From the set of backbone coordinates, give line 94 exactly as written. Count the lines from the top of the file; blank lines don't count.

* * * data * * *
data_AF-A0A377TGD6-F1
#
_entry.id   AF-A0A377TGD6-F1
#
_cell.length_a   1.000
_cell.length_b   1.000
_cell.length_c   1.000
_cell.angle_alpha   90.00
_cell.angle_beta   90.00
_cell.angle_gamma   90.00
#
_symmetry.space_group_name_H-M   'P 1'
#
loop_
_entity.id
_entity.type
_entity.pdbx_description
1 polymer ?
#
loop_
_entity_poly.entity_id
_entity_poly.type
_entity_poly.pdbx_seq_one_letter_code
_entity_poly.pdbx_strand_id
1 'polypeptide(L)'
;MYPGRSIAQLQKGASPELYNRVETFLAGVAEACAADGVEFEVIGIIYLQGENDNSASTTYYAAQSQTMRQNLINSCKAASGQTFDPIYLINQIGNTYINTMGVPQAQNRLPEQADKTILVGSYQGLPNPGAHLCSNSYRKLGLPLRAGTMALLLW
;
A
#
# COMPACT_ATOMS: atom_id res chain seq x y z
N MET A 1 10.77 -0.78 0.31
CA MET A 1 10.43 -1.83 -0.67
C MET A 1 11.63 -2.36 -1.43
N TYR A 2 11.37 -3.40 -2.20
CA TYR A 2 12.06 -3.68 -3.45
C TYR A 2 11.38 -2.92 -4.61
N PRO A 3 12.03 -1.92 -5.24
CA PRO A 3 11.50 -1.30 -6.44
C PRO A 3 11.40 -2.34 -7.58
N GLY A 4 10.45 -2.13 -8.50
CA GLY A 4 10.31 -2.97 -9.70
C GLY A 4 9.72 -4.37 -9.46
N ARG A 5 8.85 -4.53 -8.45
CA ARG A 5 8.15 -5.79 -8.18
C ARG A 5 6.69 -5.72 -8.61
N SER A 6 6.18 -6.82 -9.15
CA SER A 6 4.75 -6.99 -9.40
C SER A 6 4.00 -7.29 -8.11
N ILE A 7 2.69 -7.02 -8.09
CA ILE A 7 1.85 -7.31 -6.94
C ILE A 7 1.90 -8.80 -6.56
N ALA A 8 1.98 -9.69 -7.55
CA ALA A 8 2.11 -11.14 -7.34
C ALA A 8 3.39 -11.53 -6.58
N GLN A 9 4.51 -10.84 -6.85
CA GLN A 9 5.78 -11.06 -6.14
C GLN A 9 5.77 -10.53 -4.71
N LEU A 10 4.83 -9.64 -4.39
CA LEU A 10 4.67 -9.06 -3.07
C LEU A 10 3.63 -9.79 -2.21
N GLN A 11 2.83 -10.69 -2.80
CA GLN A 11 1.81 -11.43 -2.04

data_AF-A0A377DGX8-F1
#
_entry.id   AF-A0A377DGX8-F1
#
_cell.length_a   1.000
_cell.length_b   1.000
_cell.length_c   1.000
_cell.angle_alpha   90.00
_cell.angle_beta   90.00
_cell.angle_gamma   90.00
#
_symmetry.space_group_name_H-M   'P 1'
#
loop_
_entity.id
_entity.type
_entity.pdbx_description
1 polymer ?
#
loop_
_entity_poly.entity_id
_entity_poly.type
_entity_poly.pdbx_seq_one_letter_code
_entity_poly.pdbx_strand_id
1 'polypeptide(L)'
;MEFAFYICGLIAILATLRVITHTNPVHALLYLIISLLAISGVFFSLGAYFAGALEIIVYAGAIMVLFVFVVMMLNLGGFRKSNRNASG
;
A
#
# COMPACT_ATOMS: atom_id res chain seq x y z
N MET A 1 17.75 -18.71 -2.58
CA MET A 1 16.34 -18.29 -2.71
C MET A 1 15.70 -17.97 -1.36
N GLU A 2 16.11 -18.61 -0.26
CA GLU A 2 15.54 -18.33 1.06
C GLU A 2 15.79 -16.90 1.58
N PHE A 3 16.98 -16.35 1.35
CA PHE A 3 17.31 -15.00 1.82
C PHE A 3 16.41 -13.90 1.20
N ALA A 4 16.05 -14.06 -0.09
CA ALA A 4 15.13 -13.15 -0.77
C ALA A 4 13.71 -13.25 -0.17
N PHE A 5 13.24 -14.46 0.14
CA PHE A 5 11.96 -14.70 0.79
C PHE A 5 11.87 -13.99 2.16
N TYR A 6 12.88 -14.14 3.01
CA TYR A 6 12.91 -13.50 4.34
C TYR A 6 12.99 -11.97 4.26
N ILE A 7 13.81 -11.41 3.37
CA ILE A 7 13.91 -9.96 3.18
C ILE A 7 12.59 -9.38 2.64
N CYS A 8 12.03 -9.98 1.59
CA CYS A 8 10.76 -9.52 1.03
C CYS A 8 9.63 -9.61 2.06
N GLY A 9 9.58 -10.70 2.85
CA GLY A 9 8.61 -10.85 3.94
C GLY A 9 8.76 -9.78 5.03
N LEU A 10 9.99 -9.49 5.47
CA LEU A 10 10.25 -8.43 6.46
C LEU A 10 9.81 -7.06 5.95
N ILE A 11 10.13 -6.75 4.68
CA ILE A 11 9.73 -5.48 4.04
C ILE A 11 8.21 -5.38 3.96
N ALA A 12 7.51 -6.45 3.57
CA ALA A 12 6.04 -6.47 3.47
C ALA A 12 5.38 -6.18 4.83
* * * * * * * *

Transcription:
CA MET A 1 16.34 -18.29 -2.71